Spacecraft launching a space for ‘people who don’t necessarily consider themselves artists’ to create art above Broadway

A recent Spacecraft work party (Image: Spacecraft)

One of Capitol Hill’s oldest homes for creative retail spaces and restaurants is making space for a crafty new addition.

Spacecraft, a community arts and craft space targeting “screen addicted adults” and “people who don’t necessarily consider themselves artists,” is getting its final coats of paint and collecting supplies for a planned October opening in the 101-year-old Broadway Alley building.

“I’ve always been crafty, always kind of a dabbler,” Alison Cantor tells CHS. Describing how challenging it is to find space to do those things with “people living in smaller and smaller spaces,” Cantor says Spacecraft will be a place to spread your project out and work on your art somewhere better than the kitchen table.

“It’s a community where people can come and make art,” she said.

Cantor is launching Spacecraft with hope for around 100 members, the amount she calculates will work best in the Broadway Alley space while keeping the rent paid. It’s a subscription-based business, of sorts, but Spacecraft will also be open to drop-in visitors paying on a per visit basis. Classes and private parties round out the opportunity.

While there might be times and opportunities for kids to come and play, adults are the target market. “There are a lot of places in Seattle targeting kids and all sorts of summer camps,” Cantor said. “I think for adults, it’s harder to find that.”

In addition to tables, workspaces, and arts and crafts work areas, Spacecraft will offer a resource library with gear and materials. It will also offer, Cantor hopes, a friendly mix of advice, experience, and inspiration.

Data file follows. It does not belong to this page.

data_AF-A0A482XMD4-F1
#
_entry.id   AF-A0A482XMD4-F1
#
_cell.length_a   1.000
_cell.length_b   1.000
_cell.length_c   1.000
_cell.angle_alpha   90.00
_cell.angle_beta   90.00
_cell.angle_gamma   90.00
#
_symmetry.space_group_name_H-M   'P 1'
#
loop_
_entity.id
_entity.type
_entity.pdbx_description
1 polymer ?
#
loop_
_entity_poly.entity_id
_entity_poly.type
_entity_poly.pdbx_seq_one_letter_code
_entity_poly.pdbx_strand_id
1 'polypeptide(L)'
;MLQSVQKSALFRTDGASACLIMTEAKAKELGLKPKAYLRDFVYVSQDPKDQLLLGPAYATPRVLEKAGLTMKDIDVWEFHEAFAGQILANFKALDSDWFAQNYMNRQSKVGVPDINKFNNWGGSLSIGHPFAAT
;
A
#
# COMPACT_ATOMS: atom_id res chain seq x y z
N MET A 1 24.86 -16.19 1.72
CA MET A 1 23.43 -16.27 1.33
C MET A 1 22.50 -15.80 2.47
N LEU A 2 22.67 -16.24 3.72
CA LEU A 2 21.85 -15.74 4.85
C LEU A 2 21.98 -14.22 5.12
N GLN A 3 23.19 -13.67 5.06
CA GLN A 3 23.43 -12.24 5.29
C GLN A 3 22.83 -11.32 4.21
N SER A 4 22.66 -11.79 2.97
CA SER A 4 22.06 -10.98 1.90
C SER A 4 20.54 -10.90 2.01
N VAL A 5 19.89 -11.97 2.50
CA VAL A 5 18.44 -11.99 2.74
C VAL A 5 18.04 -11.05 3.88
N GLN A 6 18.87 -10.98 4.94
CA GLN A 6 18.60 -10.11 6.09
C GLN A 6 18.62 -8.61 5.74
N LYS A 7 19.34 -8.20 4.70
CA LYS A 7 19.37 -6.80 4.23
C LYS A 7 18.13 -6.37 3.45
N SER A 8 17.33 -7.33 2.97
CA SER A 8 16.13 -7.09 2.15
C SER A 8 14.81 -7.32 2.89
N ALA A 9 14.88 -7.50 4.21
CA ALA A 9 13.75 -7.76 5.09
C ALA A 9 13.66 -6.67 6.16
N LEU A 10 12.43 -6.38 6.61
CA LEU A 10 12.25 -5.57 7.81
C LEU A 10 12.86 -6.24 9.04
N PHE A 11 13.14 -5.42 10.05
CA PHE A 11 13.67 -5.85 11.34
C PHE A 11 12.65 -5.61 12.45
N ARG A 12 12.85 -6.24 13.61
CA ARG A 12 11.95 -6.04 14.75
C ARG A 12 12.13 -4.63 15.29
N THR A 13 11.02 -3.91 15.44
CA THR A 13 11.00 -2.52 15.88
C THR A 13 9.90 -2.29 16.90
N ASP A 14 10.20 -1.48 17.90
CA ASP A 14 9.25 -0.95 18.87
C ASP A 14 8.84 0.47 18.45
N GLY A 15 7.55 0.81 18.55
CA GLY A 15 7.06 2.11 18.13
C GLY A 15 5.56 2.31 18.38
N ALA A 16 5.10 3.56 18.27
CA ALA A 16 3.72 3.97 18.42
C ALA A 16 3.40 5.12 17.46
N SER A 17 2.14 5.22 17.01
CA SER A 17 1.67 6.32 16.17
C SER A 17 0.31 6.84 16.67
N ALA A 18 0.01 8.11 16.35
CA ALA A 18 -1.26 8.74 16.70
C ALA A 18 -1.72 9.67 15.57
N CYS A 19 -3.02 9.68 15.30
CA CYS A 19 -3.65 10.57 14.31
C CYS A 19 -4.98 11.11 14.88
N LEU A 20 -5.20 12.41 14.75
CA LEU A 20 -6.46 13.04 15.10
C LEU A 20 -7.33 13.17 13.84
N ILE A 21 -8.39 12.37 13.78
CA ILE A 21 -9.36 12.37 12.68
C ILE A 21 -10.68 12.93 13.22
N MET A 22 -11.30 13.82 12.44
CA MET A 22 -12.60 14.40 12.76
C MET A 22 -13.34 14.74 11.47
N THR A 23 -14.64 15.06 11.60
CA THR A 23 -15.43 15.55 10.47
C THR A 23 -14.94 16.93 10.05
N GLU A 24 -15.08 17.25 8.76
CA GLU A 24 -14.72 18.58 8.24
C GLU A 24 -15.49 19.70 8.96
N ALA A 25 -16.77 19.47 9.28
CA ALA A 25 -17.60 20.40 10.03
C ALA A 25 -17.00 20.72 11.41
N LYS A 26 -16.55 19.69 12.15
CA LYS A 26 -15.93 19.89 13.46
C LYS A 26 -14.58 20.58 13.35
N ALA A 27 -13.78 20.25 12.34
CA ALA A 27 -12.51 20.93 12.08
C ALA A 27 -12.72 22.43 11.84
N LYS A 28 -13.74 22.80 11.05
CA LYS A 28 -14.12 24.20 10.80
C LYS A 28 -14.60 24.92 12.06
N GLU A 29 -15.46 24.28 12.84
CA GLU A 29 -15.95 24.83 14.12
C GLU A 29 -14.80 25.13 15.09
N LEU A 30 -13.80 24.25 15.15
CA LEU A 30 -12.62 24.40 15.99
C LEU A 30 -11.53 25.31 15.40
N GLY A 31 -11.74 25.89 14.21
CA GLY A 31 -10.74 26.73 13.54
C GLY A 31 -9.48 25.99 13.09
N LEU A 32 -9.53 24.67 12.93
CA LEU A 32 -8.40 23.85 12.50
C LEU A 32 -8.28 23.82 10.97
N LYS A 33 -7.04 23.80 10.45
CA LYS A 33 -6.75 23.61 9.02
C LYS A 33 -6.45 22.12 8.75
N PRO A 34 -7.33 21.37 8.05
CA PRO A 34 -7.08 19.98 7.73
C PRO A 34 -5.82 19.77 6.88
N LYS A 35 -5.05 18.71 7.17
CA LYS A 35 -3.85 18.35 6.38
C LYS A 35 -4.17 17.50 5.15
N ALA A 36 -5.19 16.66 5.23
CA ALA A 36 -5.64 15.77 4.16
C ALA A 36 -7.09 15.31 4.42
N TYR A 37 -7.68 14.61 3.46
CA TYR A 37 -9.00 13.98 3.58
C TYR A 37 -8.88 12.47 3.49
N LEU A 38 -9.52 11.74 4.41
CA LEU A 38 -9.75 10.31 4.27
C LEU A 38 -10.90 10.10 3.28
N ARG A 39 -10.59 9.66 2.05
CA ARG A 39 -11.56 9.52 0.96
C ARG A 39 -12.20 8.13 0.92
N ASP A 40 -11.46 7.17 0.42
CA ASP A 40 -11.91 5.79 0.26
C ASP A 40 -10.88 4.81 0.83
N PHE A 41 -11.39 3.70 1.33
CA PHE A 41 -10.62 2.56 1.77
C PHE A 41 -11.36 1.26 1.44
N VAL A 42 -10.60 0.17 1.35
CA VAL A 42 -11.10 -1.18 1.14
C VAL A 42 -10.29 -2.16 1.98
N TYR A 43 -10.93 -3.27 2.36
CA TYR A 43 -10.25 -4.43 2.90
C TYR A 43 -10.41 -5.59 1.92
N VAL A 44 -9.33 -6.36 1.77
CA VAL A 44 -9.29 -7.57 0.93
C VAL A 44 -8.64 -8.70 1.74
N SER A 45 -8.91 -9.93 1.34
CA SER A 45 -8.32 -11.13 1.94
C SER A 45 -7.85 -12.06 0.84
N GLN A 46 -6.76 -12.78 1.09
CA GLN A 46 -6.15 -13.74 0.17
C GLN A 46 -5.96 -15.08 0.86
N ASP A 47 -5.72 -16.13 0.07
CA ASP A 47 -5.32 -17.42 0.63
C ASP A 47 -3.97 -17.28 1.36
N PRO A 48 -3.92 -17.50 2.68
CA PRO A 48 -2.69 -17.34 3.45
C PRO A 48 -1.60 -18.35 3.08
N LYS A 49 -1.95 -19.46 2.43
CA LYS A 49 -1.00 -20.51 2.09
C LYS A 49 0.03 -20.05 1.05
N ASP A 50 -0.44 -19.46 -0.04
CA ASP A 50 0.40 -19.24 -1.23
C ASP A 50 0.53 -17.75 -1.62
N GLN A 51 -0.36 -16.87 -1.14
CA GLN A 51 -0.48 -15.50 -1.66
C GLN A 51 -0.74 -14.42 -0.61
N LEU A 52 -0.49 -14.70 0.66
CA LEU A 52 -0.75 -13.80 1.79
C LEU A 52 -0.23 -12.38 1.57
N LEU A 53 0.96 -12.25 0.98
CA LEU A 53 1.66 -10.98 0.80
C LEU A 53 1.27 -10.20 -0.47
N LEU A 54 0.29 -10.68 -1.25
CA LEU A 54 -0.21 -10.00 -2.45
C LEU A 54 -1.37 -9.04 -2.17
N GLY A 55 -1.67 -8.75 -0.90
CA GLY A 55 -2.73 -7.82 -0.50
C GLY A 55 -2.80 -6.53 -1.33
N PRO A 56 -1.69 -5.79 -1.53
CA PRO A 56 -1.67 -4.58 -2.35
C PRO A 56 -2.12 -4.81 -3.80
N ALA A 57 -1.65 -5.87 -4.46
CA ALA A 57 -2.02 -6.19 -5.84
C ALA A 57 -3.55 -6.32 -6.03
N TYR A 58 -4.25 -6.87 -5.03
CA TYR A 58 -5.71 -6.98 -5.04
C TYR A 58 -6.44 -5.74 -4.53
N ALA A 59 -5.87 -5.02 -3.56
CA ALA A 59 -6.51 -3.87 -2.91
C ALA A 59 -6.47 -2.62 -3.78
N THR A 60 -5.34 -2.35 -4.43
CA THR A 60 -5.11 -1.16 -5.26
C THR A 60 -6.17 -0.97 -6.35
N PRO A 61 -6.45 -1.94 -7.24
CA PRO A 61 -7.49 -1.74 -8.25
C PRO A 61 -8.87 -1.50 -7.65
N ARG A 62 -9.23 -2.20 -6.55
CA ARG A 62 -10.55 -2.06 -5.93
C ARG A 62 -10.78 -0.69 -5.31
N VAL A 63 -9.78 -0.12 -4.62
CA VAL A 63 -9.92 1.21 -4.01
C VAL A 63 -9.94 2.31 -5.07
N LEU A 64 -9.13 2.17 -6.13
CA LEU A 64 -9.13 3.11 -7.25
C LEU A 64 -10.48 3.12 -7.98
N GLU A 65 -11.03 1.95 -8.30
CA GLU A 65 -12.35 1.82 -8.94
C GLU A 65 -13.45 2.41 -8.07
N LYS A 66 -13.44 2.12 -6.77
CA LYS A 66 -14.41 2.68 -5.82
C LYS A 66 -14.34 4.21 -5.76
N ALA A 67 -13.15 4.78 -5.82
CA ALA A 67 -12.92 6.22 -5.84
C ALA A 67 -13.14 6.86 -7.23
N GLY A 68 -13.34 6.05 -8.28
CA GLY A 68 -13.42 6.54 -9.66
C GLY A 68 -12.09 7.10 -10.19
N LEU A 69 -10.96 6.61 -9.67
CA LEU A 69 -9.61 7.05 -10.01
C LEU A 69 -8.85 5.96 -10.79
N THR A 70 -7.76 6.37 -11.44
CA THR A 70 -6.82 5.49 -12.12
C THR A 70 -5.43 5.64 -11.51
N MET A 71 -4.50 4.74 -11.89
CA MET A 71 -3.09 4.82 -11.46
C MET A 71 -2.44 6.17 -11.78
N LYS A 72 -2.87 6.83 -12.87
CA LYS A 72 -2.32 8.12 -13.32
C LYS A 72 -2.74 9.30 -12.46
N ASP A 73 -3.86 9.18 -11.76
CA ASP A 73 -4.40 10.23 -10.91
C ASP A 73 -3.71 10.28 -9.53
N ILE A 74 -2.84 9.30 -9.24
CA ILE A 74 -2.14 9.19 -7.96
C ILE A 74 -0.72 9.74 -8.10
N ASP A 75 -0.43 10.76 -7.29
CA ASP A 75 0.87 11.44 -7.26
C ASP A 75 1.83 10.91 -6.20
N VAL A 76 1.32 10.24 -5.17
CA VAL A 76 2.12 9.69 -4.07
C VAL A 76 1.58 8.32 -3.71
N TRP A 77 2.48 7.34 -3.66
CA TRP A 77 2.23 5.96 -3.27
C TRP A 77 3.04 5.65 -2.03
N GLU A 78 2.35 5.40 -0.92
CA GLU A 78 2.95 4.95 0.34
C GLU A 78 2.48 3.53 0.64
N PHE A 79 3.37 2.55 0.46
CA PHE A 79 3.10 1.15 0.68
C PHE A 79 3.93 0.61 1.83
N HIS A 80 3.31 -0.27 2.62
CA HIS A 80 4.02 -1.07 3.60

“Come try something,” Cantor says, adding that Spacecraft will be a place to meet that isn’t a bar.

Meeting new friends and building something new was an urge the Seattle native Cantor decided to explore after returning to Seattle after seven years in the Bay Area. Now she finds herself neighbors with Tacos Chukis on the second floor of the Alley, and organizing her first attempts at Spacecraft creative community building — painting parties to overhaul the newly  periwinkle, white, and navy Spacecraft space.

She’s looking to sign up new members. And also is interested in taking any extra supplies or gears off your hands and out of your tightly packed storage spaces.

In the densely packed, expensive city, living space is at a premium and art and crafting is easily squeezed out of the smaller, busier living spaces. Other art space ventures in the city focus on specific media like Seattle Mosaic Arts and Sean’s Clay Corner. Meanwhile, Metrix Create:Space, a Capitol Hill creative space focused on tech, robotics, and 3D printing closed in 2018 after a decade below Broadway.

Cantor hopes Spacecraft catches on as an open canvas, so to speak, for the neighborhood’s creative needs.

Spacecraft is located at 219 Broadway E on the second floor and planned to open later this month. You can learn more and sign up at spacecraftseattle.com.


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